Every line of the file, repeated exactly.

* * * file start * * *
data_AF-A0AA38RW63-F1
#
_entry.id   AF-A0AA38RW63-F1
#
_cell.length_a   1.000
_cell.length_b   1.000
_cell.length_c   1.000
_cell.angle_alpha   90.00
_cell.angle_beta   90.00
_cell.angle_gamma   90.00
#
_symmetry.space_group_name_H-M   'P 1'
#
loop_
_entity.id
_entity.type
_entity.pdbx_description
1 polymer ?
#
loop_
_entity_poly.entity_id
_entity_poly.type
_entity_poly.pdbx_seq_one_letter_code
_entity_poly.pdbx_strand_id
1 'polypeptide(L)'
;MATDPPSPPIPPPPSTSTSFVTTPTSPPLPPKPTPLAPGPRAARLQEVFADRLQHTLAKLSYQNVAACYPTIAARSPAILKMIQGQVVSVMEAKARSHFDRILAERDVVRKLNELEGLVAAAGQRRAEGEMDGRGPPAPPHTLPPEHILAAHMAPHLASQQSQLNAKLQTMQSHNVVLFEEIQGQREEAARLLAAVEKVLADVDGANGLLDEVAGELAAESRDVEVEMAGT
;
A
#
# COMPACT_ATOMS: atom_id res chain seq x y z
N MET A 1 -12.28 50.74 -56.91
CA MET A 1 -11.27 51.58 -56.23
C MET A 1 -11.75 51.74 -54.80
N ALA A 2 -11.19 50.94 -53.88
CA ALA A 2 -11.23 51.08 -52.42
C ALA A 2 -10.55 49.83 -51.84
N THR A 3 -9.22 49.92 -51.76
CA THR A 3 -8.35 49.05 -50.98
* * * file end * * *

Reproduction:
data_AF-A0AA38RW63-F1
#
_entry.id   AF-A0AA38RW63-F1
#
_cell.length_a   1.000
_cell.length_b   1.000
_cell.length_c   1.000
_cell.angle_alpha   90.00
_cell.angle_beta   90.00
_cell.angle_gamma   90.00
#
_symmetry.space_group_name_H-M   'P 1'
#
loop_
_entity.id
_entity.type
_entity.pdbx_description
1 polymer ?
#
loop_
_entity_poly.entity_id
_entity_poly.type
_entity_poly.pdbx_seq_one_letter_code
_entity_poly.pdbx_strand_id
1 'polypeptide(L)'
;MATDPPSPPIPPPPSTSTSFVTTPTSPPLPPKPTPLAPGPRAARLQEVFADRLQHTLAKLSYQNVAACYPTIAARSPAILKMIQGQVVSVMEAKARSHFDRILAERDVVRKLNELEGLVAAAGQRRAEGEMDGRGPPAPPHTLPPEHILAAHMAPHLASQQSQLNAKLQTMQSHNVVLFEEIQGQREEAARLLAAVEKVLADVDGANGLLDEVAGELAAESRDVEVEMAGT
;
A
#
# COMPACT_ATOMS: atom_id res chain seq x y z
N MET A 1 -12.28 50.74 -56.91
CA MET A 1 -11.27 51.58 -56.23
C MET A 1 -11.75 51.74 -54.80
N ALA A 2 -11.19 50.94 -53.88
CA ALA A 2 -11.23 51.08 -52.42
C ALA A 2 -10.55 49.83 -51.84
N THR A 3 -9.22 49.92 -51.76
CA THR A 3 -8.35 49.05 -50.98